“You are not supposed to be a slave of mechanical tools, they are supposed to help you and be as small and unimportant as possible not to disturb the communication.” – Anders Petersen
There is a disease and a sickness out there. It afflicts thousands (if not millions) of photographers globally, and it costs people hundreds and thousands of dollars. This disease breeds insecurity amongst photographers, and causes photographers to make tons of excuses about their photography.
The disease? It is called “G.A.S.” (gear acquisition syndrome). The concept is that you become addicted to getting new cameras, new gear, new lenses, and new gadgets in photography (rather than focusing on just becoming a better photographer). You make excuses about your gear, and that your camera and equipment is holding you back. You tell yourself, “Oh if I just had camera ‘X’ I would be more inspired in my photography, and take better photos.
I personally still suffer from G.A.S. Whenever I am dissatisfied with my photography, I always think that buying a new camera or lens will help inspire me to become a better photographer. It never does.
The only real way that I have improved my photography is by traveling, attending photography workshops, buying books (not gear), and by just shooting.
I have discovered that when you are actually out shooting, you become very unaware of your camera. You get caught in the “flow” of shooting— and all the excuses about your camera or lens disappear. You become one with your camera, and it is almost as if the photos take themselves.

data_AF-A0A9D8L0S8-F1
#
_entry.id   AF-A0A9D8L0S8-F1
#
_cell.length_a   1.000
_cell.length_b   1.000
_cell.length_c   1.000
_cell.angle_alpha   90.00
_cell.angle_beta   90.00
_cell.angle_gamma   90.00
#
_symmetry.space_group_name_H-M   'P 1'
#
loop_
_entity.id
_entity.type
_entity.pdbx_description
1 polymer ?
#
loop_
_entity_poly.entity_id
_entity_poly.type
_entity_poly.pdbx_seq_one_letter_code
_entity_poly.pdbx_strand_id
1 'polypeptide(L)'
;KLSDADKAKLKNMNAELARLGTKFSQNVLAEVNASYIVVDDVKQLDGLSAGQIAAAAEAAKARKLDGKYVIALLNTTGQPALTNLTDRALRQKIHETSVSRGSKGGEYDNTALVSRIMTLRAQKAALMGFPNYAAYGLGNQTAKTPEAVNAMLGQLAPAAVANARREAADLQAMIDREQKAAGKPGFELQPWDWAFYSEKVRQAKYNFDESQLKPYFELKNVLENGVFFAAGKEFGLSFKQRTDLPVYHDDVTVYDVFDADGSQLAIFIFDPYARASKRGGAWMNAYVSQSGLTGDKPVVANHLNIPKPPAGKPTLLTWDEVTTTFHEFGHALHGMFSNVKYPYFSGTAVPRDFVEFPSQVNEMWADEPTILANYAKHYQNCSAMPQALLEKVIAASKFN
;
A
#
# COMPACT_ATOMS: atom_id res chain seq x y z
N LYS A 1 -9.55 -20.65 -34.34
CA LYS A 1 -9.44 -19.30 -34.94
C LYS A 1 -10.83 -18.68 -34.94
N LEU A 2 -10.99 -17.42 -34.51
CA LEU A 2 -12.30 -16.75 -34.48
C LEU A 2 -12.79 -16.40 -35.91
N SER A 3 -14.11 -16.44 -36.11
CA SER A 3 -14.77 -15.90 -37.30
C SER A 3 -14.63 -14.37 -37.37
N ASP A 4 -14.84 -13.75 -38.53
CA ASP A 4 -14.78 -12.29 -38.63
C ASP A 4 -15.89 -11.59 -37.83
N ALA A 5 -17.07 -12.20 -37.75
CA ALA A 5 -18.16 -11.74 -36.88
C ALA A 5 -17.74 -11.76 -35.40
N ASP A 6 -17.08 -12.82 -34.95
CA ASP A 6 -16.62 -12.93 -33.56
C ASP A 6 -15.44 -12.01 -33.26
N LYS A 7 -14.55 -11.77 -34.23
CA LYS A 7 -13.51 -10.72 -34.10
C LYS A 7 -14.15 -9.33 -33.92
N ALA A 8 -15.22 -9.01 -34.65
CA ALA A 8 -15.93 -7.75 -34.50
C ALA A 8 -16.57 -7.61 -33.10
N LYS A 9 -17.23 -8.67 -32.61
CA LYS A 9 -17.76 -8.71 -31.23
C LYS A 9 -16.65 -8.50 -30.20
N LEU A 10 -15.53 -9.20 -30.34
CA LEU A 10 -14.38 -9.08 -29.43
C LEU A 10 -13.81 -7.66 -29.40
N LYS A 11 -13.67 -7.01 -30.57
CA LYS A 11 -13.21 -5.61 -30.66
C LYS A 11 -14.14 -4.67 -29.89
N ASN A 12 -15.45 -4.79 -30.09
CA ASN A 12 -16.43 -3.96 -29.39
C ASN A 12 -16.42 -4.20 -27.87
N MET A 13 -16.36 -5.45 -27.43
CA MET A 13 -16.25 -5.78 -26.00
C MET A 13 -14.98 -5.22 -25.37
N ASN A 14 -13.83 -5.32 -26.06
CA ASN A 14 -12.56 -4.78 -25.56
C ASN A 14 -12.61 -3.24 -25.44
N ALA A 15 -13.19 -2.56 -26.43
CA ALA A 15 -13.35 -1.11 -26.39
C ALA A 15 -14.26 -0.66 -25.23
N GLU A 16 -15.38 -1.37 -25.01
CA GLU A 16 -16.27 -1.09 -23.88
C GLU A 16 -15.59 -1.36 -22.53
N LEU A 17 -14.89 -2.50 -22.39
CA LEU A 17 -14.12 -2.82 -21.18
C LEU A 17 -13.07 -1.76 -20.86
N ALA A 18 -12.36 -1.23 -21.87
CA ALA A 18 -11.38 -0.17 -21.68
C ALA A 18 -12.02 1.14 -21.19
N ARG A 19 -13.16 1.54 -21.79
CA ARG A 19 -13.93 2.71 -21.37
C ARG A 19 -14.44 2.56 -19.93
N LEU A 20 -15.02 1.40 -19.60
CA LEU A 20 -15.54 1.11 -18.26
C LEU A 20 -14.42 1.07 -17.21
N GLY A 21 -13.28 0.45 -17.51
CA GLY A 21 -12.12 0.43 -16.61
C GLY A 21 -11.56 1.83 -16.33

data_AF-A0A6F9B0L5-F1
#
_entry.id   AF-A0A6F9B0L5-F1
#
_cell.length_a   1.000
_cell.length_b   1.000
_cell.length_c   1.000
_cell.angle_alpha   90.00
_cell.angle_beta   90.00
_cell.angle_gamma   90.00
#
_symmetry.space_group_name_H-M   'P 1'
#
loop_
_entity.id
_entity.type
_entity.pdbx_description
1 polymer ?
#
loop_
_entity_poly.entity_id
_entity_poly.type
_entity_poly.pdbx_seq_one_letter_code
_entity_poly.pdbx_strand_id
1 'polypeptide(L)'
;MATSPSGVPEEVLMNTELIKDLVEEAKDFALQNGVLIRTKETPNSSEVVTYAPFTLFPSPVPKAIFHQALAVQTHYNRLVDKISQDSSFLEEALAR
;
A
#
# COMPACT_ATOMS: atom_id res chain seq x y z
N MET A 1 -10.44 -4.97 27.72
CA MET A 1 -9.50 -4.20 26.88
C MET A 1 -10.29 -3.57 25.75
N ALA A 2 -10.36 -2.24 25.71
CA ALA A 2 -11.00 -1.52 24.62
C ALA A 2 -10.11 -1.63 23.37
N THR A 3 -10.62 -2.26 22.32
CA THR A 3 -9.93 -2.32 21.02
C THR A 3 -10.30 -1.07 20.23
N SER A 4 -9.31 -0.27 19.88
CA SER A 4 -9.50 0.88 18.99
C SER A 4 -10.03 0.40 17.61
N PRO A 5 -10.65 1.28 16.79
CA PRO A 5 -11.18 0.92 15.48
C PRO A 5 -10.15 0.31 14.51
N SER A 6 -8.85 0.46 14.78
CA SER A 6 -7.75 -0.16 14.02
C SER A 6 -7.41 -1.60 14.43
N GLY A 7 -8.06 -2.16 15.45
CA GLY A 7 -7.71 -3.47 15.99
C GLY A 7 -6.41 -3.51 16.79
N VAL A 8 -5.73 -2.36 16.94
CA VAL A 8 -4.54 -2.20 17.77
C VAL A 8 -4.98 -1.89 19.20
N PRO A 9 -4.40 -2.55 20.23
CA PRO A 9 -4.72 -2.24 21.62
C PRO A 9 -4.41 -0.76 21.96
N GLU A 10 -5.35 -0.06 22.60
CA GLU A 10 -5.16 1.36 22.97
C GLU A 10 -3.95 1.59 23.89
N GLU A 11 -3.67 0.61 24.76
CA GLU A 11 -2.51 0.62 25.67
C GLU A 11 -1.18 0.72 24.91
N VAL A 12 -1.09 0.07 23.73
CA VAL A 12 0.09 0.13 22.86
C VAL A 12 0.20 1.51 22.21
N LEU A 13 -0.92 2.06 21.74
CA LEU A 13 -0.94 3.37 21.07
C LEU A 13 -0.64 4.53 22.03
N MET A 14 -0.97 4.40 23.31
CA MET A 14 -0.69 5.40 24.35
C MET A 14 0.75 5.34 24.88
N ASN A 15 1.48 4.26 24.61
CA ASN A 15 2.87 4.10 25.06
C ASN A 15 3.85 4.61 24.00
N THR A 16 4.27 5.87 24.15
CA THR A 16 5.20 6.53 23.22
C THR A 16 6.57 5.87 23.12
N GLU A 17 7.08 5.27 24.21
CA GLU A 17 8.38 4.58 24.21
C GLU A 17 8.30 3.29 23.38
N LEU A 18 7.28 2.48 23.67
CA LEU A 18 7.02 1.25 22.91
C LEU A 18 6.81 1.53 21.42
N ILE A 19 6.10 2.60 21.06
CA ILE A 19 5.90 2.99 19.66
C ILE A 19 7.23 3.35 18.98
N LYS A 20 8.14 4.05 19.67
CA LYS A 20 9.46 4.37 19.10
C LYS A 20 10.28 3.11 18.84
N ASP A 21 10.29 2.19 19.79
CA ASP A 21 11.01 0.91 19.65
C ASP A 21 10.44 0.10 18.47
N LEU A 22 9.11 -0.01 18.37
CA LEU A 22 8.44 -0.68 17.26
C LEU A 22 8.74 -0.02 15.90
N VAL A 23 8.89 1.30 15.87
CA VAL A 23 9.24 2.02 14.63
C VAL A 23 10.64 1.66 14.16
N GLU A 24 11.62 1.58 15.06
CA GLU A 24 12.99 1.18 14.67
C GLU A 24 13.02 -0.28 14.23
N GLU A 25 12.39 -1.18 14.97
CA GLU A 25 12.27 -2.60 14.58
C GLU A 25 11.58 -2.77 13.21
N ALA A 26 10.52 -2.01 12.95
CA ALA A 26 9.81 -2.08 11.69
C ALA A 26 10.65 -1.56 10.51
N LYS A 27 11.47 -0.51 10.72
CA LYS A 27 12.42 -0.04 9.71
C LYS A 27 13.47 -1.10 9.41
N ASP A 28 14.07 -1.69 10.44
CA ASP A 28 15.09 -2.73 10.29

I always lust for gear when I spend too much time online and on gear forums or review sites. Beware: 99.9% of the photography sites online are just dedicated to gear (as advertising and affiliate sales of cameras drive the photography industry).
How can you cure yourself of “G.A.S”? Unsubscribe (or block) all gear review websites, and whenever you have the urge to buy a new gear just buy a photography book. Realize that your camera is just a tool to create images.
As photographer Anders Petersen tells us, just try to get a small camera that is unobtrusive and focus on making images. He shoots with a simple Contax T3 (a point-and-shoot 35mm camera), and focuses on the emotion in his photos. Focus less on the camera, focus more on shooting, telling stories, and use your cash to travel.